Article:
REPLY
@jeanice

I guess because I'm new at this, it's all so confusing to me. I was a good cook but all these things confuse me. Like Vegan spread. What is that? I am writing alo t so I can remember how to do things. When I see the Kidney Dr.,do you think I'll be out on a different diet being I'm
Stage 3b? For now I think I'll make the salads and Omelets and eat fruit..I needed to loose wiegh but 60 lbs has come off so quick because of being afraid to eat.
What should I expect on first Dr. visit? Do they do blood work to find out where you are? If I'm Stage 4 by then, can I get back to stage 3?
And do you have to have kidney biopsy? I've had burst appendix and other surgeries but that scares me to death! Sorry for all the questions but wish I'd found this site three months ago when I was Stage 1.

Jump to this post

@jeanice, vegan spread is like butter only it's dairy free. https://www.smartbalance.com.

If you can go online and google vegan foods and google kidney-friendly foods you can reach various websites with information and many of them encourage you to print their information. There's a list of companies that offer kidney-friendly foods in the recipe collection i sent you – several foods and brands are vegan, several vegetarian, all kidney friendly. If you have a printer, you can download the recipe collection and print it out, it's free and people are encouraged to duplicate it. If you don't have a printer maybe you know someone who can print it out for you.

It's not unheard of to go back and forth between Stage 4 and Stage 3b, it's happened to me twice in 2 years and others have said it's happened to them.

I don't know what the new doctor will do but it's likely that you will have new blood work done to see where you are now. It would be unusual to order a kidney biopsy, at least the first visit, but I'm not saying that one positively would not be ordered, it's just not likely unless your doctor suspects kidney cancer or something similar. Many doctors will order an ultrasound or an MRI to visualize the kidneys first anywway.

Your new doctor may refer you to a dietitian. Don't be afraid to ask for a renal dietitian. If there isn't one in your area there are renal dietitians at many major hospitals and some are online. Some charge a fee, some do not. If there's a dialysis center near you, there might be a renal dietitian on the staff. Mayo Clinics have quite good diet tips and recipes for various stages of kidney illness and you can find these on the Mayo's website. Your doctor may give you a list of foods to limit or avoid or may not but a lot of kidney diet information is relatively easy to find, including in this group.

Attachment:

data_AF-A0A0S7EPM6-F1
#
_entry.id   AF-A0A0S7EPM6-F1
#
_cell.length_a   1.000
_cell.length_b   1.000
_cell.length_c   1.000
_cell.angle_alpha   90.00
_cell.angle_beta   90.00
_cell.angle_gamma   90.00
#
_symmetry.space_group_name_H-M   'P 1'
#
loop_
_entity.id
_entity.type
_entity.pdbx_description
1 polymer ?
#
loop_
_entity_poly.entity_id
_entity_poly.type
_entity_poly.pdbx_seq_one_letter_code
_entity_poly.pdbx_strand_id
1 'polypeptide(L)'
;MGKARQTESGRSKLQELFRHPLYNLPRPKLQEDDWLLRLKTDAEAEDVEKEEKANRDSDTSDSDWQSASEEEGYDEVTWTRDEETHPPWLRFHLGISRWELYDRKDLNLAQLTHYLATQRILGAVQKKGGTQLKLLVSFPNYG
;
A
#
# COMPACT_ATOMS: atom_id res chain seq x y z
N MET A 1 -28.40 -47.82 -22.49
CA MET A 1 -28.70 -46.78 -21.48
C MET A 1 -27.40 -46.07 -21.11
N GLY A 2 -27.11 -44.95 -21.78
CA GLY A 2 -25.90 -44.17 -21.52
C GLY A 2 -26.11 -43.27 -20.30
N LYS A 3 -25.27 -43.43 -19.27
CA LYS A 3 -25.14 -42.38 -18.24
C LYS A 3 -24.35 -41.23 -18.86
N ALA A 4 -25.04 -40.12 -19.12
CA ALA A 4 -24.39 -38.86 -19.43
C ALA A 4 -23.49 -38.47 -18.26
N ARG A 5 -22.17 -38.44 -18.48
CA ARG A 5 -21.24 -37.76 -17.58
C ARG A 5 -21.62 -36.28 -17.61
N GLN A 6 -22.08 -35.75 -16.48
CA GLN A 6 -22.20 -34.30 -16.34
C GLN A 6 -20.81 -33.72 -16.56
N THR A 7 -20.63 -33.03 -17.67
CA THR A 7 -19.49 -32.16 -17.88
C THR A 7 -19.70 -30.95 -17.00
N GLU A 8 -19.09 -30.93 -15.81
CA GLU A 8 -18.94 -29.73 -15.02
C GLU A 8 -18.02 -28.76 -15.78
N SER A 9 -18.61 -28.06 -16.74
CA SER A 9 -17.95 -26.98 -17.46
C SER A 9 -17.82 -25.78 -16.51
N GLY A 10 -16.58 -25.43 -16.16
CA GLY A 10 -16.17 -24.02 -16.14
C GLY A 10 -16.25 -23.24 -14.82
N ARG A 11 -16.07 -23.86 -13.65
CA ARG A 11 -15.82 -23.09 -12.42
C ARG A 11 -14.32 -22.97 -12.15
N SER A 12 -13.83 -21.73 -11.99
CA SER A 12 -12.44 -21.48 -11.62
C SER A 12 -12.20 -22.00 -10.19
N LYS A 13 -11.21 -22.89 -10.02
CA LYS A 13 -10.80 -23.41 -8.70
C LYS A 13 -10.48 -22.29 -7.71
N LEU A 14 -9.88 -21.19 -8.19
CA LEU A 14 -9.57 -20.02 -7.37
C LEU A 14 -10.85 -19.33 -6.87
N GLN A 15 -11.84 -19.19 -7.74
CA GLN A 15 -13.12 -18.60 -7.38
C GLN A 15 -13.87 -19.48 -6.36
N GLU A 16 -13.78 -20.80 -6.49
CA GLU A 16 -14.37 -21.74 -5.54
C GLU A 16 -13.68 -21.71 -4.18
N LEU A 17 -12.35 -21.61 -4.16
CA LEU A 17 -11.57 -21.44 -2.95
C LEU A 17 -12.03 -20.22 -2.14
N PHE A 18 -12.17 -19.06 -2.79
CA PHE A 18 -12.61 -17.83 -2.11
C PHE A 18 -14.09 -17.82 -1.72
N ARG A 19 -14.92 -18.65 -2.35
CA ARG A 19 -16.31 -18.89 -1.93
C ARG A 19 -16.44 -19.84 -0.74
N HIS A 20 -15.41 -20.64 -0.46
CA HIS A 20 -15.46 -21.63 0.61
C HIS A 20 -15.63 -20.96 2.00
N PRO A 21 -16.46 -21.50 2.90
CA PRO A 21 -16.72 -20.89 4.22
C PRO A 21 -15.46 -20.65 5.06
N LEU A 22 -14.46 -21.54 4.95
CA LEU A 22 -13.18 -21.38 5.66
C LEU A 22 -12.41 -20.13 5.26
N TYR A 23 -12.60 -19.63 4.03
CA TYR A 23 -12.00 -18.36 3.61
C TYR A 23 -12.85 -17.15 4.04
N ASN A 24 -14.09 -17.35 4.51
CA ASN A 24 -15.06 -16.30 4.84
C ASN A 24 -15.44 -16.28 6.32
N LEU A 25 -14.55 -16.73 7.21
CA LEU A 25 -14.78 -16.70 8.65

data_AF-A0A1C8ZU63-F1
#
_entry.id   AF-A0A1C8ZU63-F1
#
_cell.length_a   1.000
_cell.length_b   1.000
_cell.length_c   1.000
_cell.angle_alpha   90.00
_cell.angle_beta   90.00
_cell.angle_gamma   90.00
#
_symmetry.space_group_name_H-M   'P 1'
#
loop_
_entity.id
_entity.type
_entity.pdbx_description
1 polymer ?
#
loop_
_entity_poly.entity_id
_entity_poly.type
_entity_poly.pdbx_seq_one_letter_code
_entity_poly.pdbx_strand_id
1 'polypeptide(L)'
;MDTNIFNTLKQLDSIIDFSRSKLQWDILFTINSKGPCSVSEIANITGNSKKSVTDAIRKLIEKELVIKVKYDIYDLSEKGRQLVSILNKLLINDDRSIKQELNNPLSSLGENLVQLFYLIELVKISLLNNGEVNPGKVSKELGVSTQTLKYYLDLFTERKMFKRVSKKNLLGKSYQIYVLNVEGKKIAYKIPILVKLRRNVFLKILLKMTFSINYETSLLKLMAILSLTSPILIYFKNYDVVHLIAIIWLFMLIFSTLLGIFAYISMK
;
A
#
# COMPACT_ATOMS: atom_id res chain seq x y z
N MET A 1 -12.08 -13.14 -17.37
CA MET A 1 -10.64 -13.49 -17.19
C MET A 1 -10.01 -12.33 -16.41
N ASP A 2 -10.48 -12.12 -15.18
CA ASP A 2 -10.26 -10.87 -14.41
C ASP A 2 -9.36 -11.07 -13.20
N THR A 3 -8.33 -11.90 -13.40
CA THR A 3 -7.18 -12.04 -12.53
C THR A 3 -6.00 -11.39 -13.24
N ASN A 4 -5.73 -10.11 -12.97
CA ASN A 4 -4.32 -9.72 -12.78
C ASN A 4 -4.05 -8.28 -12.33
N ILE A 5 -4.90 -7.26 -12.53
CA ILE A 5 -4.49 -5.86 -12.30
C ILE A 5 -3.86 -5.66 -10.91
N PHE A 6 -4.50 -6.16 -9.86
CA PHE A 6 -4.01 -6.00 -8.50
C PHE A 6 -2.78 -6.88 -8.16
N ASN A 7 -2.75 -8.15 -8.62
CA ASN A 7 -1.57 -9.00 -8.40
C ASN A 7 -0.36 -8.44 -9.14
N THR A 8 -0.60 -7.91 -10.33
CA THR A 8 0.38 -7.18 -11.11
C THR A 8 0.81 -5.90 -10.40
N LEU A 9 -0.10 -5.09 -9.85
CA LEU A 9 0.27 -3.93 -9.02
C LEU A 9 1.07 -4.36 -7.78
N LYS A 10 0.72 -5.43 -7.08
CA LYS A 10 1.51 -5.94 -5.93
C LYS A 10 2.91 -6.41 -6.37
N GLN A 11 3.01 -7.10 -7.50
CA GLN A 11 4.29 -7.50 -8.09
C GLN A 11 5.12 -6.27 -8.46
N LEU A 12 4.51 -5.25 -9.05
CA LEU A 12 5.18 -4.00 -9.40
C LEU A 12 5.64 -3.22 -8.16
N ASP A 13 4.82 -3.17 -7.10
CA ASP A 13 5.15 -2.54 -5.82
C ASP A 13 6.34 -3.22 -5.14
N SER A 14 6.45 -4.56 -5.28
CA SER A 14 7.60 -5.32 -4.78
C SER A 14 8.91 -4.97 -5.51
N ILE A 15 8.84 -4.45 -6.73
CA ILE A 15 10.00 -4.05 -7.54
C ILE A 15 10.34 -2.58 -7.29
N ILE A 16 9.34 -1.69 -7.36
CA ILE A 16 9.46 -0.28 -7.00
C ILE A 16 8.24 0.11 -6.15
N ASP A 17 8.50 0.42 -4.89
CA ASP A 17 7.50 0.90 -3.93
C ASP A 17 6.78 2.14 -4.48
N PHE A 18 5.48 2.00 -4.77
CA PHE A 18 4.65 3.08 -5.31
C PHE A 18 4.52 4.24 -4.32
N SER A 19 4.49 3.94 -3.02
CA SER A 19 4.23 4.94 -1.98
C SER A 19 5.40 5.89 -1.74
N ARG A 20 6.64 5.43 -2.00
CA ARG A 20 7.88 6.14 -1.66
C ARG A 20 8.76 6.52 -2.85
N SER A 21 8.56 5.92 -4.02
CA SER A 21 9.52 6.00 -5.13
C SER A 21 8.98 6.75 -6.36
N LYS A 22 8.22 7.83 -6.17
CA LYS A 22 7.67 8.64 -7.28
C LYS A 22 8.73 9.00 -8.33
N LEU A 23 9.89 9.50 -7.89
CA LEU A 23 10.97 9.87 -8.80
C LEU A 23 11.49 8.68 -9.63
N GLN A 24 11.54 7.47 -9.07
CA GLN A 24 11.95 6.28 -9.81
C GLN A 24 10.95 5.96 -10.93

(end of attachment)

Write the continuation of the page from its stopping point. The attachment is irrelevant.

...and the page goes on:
You've been diagnosed with a serious condition and it's entirely appropriate to be concerned. I know I was. But my doctors and nurses and the good people in this group encouraged me not to panic and reassured me that CKD can be dealt with. Remember that help is available and we are here for you.

REPLY

Thank you so much. You've been so helpful to me. I got plain yogurt and thought I could put some blueberries or pineapple in with it. Blueberries are my least favorite berry but with diverticulosis can't have seeds or nuts. I'm very careful about that. Did you say you have that too?

REPLY
@jeanice

Thank you so much. You've been so helpful to me. I got plain yogurt and thought I could put some blueberries or pineapple in with it. Blueberries are my least favorite berry but with diverticulosis can't have seeds or nuts. I'm very careful about that. Did you say you have that too?

Jump to this post

@ jeanice, you're very welcome. No diverticulosis, I have stage 3b CKD, diabetes, heart failure, COPD, and other things too boring to mention. Most people our age do have diverticulosis but not all of us have the inflammation of diverticulitis so I still can eat nuts and seeds. CKD patients can have applesauce and apples (I like them peeled and chopped and microwaved a few minutes with a little maple sugar and cinnamon,) tangerines or mandarin oranges, grapes, pineapple but I limit melons even though I like them due to their higher mineral contents. A dietitian told me that I can have a small bite or two of almost anything, I just need to watch how much and watch combinations and keep track of what I'm eating has how much of whatever I need to limit. Sounds harder than it is.

REPLY

I sure miss Boysenberries, Blackberries and especially Strawberries.. And most Nuts.
I have always been a binge eater, if one is good, then ten more is better. This is a real challenge for me like probably everyone else. I did get a big shock tonight! I ate a big teaspoon of low fat plain yogurt.
I was in shock how awful it was! And I know why….no sugar. So I added pineapple and blueberries and got it down. Yes, this will be a challenge.